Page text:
Death of a congress ?

Discuss anything you like about chess related matters in this forum.
John Ariss
Posts: 40
Joined: Mon Aug 10, 2009 2:28 pm
Location: Torquay

Re: Death of a congress ?

Post by John Ariss » Fri Mar 11, 2011 8:47 am

David, just to let you know that thanks(seemingly) to the publicity that was generated, the entries improved and although the congress made a bigger loss than last year it wasn't terminal and are things are certainly looking up.
A lot of changes are about to be made, but rest assured the congress WILL take place next year.It is not known yet exactly what changes are to be made , venue and round times are just two things on the agenda.
A lot of lessons have been learnt and the congress will improve because of this.
It was nice to see Jack at the congress and his presence boosted the moral of the organisers , which obviously weakened the case for 'stars barred' to be reintroduced.
A lot of people approached me with ideas ,opinions and complaints - all of which have been noted and will be presented to the relevant people in due course.
I would especially to thank Gerry Jepps for his input, concern and ideas . look forward to being over subscribed next year :wink:
Will keep all informed of developments as they happen

Sean Hewitt

Re: Death of a congress ?

Post by Sean Hewitt » Fri Mar 11, 2011 10:38 am

How many played in the end?

Stewart Reuben
Posts: 4260
Joined: Tue Apr 03, 2007 11:04 pm
Location: writer

Re: Death of a congress ?

Post by Stewart Reuben » Sun Mar 13, 2011 2:14 am

Dvid Pardoe >That is...to put a clause on entry forms saying that `Prize fund might vary depending on entry levels, and sections revised if necessary to reflect entry numbers and balance sections`. These changes would apply if exceptionally high or low numbers entered any particular sections...or unforseen circumstances arose, and would be at the discretion of the controller.<

I am sure that would put some people off playing. They would be justifiably suspicious that the level of prize money would always go down and never up. In fact I don't remember hearing of any event where the prize money was increased due to a good turn out, but not trumpeted in advance, other than those I ran in the 1960s.

You can have a prize fund that is expressed in terms of the number of entries. Thus £200 50 players. £500 100 players and so on. I haven't noticed such a system being popular.

Hastings has some events with sections of approximately 16 and the organisers arrange them in grading bands. This seems OK, but that principal for that event is very long established. I suspect they would get more entries if there were specific named grading limits. For a weekend tournament such placing of players into appropriate sections would be a great deal of work.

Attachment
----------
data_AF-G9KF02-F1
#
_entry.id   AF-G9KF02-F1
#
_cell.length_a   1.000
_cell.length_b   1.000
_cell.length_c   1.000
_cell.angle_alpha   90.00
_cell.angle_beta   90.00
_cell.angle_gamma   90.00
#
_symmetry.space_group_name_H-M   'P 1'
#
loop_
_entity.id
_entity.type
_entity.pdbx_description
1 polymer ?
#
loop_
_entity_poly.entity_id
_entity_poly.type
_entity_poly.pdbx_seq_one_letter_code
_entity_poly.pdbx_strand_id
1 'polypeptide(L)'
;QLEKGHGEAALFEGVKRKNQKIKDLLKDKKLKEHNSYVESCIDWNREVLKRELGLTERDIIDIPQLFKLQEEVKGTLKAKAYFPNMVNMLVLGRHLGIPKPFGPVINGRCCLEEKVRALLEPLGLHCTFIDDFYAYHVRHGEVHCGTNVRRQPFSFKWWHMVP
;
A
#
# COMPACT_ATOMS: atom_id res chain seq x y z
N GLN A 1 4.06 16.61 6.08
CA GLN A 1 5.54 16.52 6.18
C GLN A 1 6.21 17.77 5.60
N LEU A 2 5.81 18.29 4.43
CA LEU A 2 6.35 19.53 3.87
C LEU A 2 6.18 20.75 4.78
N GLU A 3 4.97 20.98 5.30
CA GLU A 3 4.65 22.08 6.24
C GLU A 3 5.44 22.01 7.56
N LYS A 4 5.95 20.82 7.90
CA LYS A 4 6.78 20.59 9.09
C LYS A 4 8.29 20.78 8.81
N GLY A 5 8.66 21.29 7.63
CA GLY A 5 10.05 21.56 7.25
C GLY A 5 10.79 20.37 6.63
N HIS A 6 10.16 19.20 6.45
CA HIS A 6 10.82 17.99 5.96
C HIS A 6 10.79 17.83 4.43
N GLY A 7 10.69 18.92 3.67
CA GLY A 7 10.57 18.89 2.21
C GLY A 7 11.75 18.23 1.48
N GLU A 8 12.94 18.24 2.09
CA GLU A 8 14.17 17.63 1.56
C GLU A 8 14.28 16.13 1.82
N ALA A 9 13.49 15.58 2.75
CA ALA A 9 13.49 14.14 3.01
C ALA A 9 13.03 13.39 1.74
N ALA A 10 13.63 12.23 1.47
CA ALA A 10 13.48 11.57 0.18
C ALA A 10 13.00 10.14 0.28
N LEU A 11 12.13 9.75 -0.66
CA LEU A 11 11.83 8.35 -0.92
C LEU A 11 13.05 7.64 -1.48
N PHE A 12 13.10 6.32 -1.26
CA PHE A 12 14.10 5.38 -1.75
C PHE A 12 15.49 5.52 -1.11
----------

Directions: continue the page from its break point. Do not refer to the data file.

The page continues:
Stewart Reuben

Stewart Reuben
Posts: 4260
Joined: Tue Apr 03, 2007 11:04 pm
Location: writer

Re: Death of a congress ?

Post by Stewart Reuben » Sun Mar 13, 2011 2:17 am

Oh dear. I wrote principal when it should have been principle. 0/10.
Roobins Stooart

Roger de Coverly
Posts: 19349
Joined: Tue Apr 15, 2008 2:51 pm

Re: Death of a congress ?

Post by Roger de Coverly » Sun Mar 13, 2011 2:39 am

Stewart Reuben wrote: I suspect they would get more entries if there were specific named grading limits.
Unclear I think. In a major Swiss, even the Hastings Masters, your least likely opponents are those of almost the same grade diagonally opposite you in the first round. You may however get a grandstand view of their games during the rest of the tournament. For most of the tournament your likely opposition is at least 100 points above or below your own rating.

An event where you are almost guaranteed to be facing opposition within sight of your own rating can be a welcome change from those where you are alternately the rabbit and the hunter.

Sean Hewitt

Re: Death of a congress ?

Post by Sean Hewitt » Sun Mar 13, 2011 9:46 am

Stewart Reuben wrote:In fact I don't remember hearing of any event where the prize money was increased due to a good turn out, but not trumpeted in advance, other than those I ran in the 1960s.
You may not have heard about it Stewart, but e2e4 has increased the prize fund and paid out more than advertised at every e2e4 event bar one!

Stewart Reuben
Posts: 4260
Joined: Tue Apr 03, 2007 11:04 pm
Location: writer

Re: Death of a congress ?

Post by Stewart Reuben » Sun Mar 13, 2011 5:37 pm

Sean - Excellent

Roger - I only said I suspected. It depends on what the players are seeking and how sophisticated they are. If a player wants to play opponents within his own playing strength - then of course small graded sections are best if a Swiss. Better still would be round robin sections of 6. But they have gone completely out of fashion.
I think players like the following dialogue. 'I played in a chess tournament this weekend' 'Oh, yes. Did you see the football on telly?' 'The winner got £200.' 'I didn't realise you could win so much, that's really interesting.' Not many amateur sports offer cash prize money for players apart from chess and poker.

Stewart Reuben

Brendan O'Gorman
Posts: 615
Joined: Thu Jul 23, 2009 9:10 pm

Re: Death of a congress ?

Post by Brendan O'Gorman » Sun Mar 13, 2011 5:54 pm

Stewart Reuben wrote:Sean - Excellent

Better still would be round robin sections of 6. But they have gone completely out of fashion.

Stewart Reuben